Solving Interview Problems

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Sometimes, we get to solve programming questions on site during software engineering interviews. This is one of the questions I used to ask from those who have applied for software engineering positions at Creately.

A number of train engines are moving towards a common destination on the same track. Each train’s maximum speed and distance from the destination is given as an array.

const trains = [
    { id: 't1', distance: 1200, maxSpeed: 10 },
    // ...

Calculate how long will it take for each train to arrive at the destination.

Part 1: solving the problem

First, we need to solve the problem within a time limit. An engineer from the company will assist you during this process.

Questions about the problem

Applicants are expected to ask questions about the problem and clarify before starting to code. The interviewer will normally do their best to explain the problem to the applicant.

Using the internet/browser

It is okay to look at documentation. We expect the applicant to look at relevant documentation when they need them instead of getting stuck. And it is absolutely okay to search “how to sort numbers in javascript” or anything like that.

Using third party modules

If lodash or any other publicly available module can help you solve the problem faster, please go ahead and use them. But we expect them to have a clear idea about what the tool/function does.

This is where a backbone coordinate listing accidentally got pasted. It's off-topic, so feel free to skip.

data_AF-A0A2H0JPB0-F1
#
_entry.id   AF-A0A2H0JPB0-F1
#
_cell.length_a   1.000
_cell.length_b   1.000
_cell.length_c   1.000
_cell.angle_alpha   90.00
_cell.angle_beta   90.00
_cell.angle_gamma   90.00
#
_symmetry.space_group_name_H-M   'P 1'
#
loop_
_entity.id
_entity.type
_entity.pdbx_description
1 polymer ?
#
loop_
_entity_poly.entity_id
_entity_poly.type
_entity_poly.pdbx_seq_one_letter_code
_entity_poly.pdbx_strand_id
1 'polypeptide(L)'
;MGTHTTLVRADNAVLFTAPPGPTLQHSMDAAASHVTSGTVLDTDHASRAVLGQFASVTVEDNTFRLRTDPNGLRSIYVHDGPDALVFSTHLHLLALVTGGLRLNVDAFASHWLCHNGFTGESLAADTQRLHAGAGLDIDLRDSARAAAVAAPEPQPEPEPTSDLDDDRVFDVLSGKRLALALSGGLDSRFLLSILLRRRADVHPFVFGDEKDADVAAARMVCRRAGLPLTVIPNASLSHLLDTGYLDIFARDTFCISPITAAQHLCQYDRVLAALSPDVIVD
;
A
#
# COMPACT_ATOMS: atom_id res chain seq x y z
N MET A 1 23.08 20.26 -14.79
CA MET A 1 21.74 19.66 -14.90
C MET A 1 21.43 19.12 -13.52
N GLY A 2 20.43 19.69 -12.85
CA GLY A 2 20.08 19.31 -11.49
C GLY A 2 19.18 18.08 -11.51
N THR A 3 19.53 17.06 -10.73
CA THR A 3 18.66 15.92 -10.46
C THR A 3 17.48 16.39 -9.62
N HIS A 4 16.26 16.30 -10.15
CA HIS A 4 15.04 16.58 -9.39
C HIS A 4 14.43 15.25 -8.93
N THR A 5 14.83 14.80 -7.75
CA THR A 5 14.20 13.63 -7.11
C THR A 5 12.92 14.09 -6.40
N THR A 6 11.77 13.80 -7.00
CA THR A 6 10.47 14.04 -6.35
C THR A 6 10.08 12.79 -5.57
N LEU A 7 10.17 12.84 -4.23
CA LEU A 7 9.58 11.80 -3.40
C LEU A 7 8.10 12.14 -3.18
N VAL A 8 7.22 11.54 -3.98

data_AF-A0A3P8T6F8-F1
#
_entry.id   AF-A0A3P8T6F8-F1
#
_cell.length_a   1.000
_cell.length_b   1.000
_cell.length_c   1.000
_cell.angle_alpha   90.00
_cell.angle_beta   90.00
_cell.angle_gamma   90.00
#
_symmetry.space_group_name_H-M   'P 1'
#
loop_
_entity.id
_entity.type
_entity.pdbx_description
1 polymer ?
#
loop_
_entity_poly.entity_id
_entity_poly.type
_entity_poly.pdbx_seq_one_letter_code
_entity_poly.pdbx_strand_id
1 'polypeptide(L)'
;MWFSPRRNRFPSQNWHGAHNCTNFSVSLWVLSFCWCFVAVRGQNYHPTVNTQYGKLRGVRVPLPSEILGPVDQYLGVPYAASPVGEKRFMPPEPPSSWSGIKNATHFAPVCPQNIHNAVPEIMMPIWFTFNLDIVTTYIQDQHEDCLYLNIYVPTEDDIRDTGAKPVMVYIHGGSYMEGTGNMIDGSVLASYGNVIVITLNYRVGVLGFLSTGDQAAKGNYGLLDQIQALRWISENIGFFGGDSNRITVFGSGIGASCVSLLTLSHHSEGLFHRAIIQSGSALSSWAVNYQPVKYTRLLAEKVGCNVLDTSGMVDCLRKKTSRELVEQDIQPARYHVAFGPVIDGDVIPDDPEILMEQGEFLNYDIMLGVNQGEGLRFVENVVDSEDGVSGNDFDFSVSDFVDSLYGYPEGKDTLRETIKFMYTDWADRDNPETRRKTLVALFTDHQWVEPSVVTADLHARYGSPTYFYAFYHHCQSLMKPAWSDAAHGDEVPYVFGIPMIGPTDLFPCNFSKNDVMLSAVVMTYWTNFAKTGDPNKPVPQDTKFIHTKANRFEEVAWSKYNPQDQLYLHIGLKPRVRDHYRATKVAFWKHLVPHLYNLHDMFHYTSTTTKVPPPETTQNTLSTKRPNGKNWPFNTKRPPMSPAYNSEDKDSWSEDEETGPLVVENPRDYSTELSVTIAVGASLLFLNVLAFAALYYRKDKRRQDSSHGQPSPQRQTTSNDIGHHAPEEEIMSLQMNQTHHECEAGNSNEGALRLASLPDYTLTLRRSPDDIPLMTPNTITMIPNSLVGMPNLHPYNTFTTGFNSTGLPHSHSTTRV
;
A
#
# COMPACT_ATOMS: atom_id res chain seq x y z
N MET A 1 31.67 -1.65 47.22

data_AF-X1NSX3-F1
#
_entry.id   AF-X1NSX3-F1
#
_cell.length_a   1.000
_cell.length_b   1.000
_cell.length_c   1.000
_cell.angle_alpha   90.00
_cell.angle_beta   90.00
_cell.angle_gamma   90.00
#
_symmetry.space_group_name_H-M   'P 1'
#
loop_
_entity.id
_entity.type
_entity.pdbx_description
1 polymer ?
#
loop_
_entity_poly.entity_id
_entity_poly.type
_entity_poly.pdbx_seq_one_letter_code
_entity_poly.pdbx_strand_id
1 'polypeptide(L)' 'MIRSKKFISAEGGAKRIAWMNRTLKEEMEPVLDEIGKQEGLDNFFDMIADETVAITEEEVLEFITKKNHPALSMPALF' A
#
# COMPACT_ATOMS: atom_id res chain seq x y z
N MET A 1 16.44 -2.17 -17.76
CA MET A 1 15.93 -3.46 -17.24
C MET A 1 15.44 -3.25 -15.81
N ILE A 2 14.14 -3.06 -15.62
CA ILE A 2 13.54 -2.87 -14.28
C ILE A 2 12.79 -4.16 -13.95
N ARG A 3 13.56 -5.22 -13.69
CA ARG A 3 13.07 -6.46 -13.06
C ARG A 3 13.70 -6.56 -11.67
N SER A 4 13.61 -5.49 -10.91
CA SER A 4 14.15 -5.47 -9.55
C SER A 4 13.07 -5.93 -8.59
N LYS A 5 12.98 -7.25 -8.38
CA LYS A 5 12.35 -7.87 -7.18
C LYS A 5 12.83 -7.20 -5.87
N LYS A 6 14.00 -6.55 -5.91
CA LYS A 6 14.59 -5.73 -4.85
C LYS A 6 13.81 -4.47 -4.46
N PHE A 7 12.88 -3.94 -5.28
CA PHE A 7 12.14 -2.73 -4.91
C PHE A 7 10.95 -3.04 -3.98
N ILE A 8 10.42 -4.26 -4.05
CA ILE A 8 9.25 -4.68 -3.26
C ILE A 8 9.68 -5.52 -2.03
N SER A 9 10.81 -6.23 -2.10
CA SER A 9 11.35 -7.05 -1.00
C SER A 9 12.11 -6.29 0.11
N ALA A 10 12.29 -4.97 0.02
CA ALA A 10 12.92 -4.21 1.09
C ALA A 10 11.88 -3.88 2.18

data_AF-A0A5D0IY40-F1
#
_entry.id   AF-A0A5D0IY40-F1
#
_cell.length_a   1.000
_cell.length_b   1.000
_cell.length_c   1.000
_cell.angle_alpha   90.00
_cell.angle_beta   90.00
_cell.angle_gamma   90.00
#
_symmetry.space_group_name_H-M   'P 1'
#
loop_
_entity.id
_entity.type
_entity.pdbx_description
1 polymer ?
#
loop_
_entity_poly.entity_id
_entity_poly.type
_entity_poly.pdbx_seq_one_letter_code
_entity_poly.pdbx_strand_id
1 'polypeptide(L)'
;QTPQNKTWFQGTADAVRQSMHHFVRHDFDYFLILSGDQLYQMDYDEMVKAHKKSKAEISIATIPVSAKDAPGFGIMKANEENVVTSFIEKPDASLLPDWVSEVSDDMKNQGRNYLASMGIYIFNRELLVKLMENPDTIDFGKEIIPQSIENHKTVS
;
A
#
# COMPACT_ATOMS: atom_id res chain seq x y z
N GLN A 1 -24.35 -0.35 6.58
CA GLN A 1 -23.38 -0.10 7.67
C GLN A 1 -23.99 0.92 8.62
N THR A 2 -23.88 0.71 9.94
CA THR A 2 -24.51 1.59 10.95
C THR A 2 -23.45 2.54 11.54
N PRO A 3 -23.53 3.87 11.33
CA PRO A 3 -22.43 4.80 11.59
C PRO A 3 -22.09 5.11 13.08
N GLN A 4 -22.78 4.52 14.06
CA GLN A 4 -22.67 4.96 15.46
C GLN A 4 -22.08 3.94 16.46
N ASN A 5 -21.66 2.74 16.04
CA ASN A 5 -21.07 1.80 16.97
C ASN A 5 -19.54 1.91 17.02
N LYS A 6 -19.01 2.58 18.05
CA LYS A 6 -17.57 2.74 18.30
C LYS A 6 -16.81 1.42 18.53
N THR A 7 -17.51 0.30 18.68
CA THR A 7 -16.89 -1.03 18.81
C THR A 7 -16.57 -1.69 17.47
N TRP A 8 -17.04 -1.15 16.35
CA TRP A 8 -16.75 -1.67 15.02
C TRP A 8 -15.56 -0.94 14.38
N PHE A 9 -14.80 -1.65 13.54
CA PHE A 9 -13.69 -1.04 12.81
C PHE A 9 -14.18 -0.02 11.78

Other than the above, try to explain what’s on your mind when you’re trying to solve the problem. Be honest and listen to what the interviewer is saying, they’re probably trying to help you solve the problem.

Part 2: discussing the solution

The second part is where the applicant and the interviewer will have a discussion about the solution. The interviewer ask questions to see how well the applicant understands the question and the solution. This part is probably more important than solving the problem.

Example Solution:

const trains = [
    { id: 't1', distance: 10, maxSpeed: 10 },
    { id: 't2', distance: 51, maxSpeed: 10 },
    { id: 't3', distance: 50, maxSpeed: 5 },
    { id: 't4', distance: 150, maxSpeed: 5 },

// sort by the distance from the destination
trains.sort((a, b) => a.distance - b.distance)

for (let i = 0; i < trains.length; ++i) {
    const train = trains[i];
    // duration if there are no other trains in front
    train.duration = train.distance / train.maxSpeed;
    if (i > 0) {
        // "prevs" is in front of "train"
        const prevs = trains[i - 1];
        // train.duration must be >= prevs.duration
        if (prevs.duration > train.duration) {
            train.duration = prevs.duration;


In real world, the above example can cause create some issues. Let me know if you have figured them out.